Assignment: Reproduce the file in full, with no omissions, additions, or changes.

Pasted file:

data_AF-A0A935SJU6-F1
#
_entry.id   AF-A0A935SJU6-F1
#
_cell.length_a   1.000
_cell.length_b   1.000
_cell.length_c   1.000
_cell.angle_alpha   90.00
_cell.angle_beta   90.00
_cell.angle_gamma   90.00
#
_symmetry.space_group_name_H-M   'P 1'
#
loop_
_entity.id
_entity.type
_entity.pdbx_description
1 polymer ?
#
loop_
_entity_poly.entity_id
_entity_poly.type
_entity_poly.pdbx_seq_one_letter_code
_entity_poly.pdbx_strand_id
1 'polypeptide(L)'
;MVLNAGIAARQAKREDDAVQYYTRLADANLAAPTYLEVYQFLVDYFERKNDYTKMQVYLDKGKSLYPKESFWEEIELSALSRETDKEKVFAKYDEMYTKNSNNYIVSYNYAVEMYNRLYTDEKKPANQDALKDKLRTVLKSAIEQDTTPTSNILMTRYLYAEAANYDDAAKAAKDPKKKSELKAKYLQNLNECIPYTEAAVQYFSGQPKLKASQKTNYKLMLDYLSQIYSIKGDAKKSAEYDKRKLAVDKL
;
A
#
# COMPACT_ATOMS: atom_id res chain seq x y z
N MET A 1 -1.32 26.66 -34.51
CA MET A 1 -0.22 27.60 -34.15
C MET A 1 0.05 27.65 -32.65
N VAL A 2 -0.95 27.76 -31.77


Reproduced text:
data_AF-A0A935SJU6-F1
#
_entry.id   AF-A0A935SJU6-F1
#
_cell.length_a   1.000
_cell.length_b   1.000
_cell.length_c   1.000
_cell.angle_alpha   90.00
_cell.angle_beta   90.00
_cell.angle_gamma   90.00
#
_symmetry.space_group_name_H-M   'P 1'
#
loop_
_entity.id
_entity.type
_entity.pdbx_description
1 polymer ?
#
loop_
_entity_poly.entity_id
_entity_poly.type
_entity_poly.pdbx_seq_one_letter_code
_entity_poly.pdbx_strand_id
1 'polypeptide(L)'
;MVLNAGIAARQAKREDDAVQYYTRLADANLAAPTYLEVYQFLVDYFERKNDYTKMQVYLDKGKSLYPKESFWEEIELSALSRETDKEKVFAKYDEMYTKNSNNYIVSYNYAVEMYNRLYTDEKKPANQDALKDKLRTVLKSAIEQDTTPTSNILMTRYLYAEAANYDDAAKAAKDPKKKSELKAKYLQNLNECIPYTEAAVQYFSGQPKLKASQKTNYKLMLDYLSQIYSIKGDAKKSAEYDKRKLAVDKL
;
A
#
# COMPACT_ATOMS: atom_id res chain seq x y z
N MET A 1 -1.32 26.66 -34.51
CA MET A 1 -0.22 27.60 -34.15
C MET A 1 0.05 27.65 -32.65
N VAL A 2 -0.95 27.76 -31.77